In this proclamation I am reminded that in the resurrection of Jesus, all our politics, all our theologies, all our ideologies, even all our Christianities - now stand under scrutiny and judgement to this Jesus! We still live in a broken world, a time when many great evils continue to walk the earth. Cults of death, sadistic, genocidal and murdering hordes remind us still of the depravity of sinful humanity. The poor and the powerless continue to be oppressed and exploited by rapacious economics and unjust systems all over the world.
Thomas’ desire for proof brings us to a very important theme of the Easter message. The Roman empire used crucifixion as it primary mode of execution. The brutality and violence of this mode of killing was unspeakable, and the Roman empire had already executed tens of thousands of people during the time of Jesus. Thomas did not want to forget the violence and the brutality that Jesus went through leading up to his crucifixion. He saw Jesus die in that way, and he wanted to see the marks of his death as a condition of his belief. In a way, Thomas was thinking, my Jesus does not have a big “S” written on the robe of his chest. My Jesus had the marks of hate and brutality on him - crown of thorns, lacerations and bruises of torture, stab wounds and nail marks.
And so we cannot uncouple the inseparable link between the Bible and the wounds of the world. The passion of Jesus is eternally connected to the passion of the world. The saving divinity of Jesus is inseparably linked to his humanity, his wounds. To follow the way of Jesus is to follow his suffering in the world. What meaning would the Easter message bring in light of the present darkness of the world?
Following Jesus requires us to walk in the way of the cross. Loving Jesus requires applying such love into action. “Do you love me?”, the risen Jesus asked Peter three times. Each time that Peter answered “yes”, Jesus didn’t just reply, “Oh, that’s just cool!” Jesus connected it to action, “Then feed my sheep.” Jesus’ last words to Peter remind us that to love Jesus means to open ourselves to the plight of others, that living for others is where we find the life of the Spirit. It calls us to live for others in a world that usually encourages us to only look after ourselves. There is no other way to walk with God.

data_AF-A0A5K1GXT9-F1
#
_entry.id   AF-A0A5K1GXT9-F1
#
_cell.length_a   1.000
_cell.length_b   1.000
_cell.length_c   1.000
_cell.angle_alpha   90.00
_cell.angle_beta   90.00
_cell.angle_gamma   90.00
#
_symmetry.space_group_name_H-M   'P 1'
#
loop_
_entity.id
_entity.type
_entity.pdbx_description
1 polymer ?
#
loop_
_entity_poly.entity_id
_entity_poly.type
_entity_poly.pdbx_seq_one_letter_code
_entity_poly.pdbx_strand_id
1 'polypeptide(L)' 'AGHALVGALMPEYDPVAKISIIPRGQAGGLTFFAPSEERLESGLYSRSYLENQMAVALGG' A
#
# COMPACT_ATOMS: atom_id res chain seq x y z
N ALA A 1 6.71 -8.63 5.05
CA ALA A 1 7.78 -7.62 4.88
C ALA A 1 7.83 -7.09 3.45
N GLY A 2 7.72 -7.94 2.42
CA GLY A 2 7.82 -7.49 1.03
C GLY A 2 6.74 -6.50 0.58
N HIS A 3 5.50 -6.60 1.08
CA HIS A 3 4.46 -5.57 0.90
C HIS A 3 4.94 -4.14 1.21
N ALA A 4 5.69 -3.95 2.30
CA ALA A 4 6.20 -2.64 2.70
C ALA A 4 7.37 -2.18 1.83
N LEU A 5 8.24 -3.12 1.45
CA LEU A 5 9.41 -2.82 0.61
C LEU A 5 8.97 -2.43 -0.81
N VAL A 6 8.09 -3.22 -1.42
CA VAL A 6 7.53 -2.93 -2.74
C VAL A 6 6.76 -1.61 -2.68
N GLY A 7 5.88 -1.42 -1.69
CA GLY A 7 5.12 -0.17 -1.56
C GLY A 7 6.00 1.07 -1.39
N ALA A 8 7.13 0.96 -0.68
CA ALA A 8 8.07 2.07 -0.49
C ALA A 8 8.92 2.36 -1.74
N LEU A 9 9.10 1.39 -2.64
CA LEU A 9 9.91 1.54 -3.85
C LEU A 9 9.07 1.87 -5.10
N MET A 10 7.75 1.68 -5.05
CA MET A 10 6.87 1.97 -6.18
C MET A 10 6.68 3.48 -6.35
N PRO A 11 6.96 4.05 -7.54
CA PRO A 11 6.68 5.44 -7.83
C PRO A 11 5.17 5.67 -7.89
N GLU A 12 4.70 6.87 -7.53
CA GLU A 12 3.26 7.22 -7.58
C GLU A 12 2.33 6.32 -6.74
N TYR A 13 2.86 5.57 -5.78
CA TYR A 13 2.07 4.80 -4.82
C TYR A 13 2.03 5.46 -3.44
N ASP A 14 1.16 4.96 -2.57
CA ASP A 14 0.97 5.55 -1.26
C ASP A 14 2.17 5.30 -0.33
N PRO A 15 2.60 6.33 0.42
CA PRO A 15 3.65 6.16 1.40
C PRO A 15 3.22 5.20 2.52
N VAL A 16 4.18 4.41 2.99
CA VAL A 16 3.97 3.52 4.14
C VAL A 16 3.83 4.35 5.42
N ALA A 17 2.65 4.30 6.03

God’s suffering love seeks the powerless and the weak, the oppressed and the outcast among us. Where there’s the cross, there’s also the light. In the resurrection, God has delivered us from the dominion of darkness and transferred us to the kingdom of his beloved son, in whom we have redemption and the forgiveness of sins (Col. 1:13-14). Where there is Thomas touching Jesus’ wounds, there is also the declaration, “My Lord and my God!”
God chose to come in suffering love through Jesus, that God may enter the reality of humanity’s existence in all of its dimensions, its heights and depths, including death, that our redemption and transformation may also be complete.
There are yet many forms of death in our time longing for resurrection. People in the world are still being enslaved, and many live with violence and brutality, thousands of children and infants dying of hunger and preventable diseases. Much war and hatred in the world still destroy life. We also know that many parts of our planet are dying – disappearing animal species, decimated forests, polluted rivers, air and water. We see the urgent need for resurrection everywhere.
The risen Lord wanted Thomas to be assured not only that he is the same Jesus crucified on the cross. But Jesus also wanted Thomas to now fully understand that God’s kingdom of love is a kingdom that is inextricably bound to his wounds. Jesus said to Thomas, “Have you believed because you have seen me? Blessed are those who have not seen and yet have come to believe.”
We no longer have the hands and side of the resurrected Jesus to touch. But blessed are those who have not seen and yet have come to believe. We live in the power of the resurrection, in its hope that in the end love and life are more powerful than death. And we are called to live the resurrected life in the kingdom of love here on earth. What does this mean? It means that we fiercely hope in the midst of despair; we act with generosity and hospitality to the different in the midst of prejudice and greed; we defiantly do justice for the poor and the powerless because God’s love becomes visible only through justice and compassion; we resist unjust authority without fear; and we love, we hope, and we forgive extravagantly in the midst of hatred; and work hard for peace in the midst of the idolatrous worship of war.
Like Thomas, may we be reminded that the kingdom of love is built on Jesus’ stab wounds, his nail marks. When we continue to rage against the darkness of the world and the nihilistic ideologies of death, we also proclaim, “My Lord and my God!” Death is defeated, we are set free from fear. And like Mary, may we live these days proclaiming, “I have seen the Lord!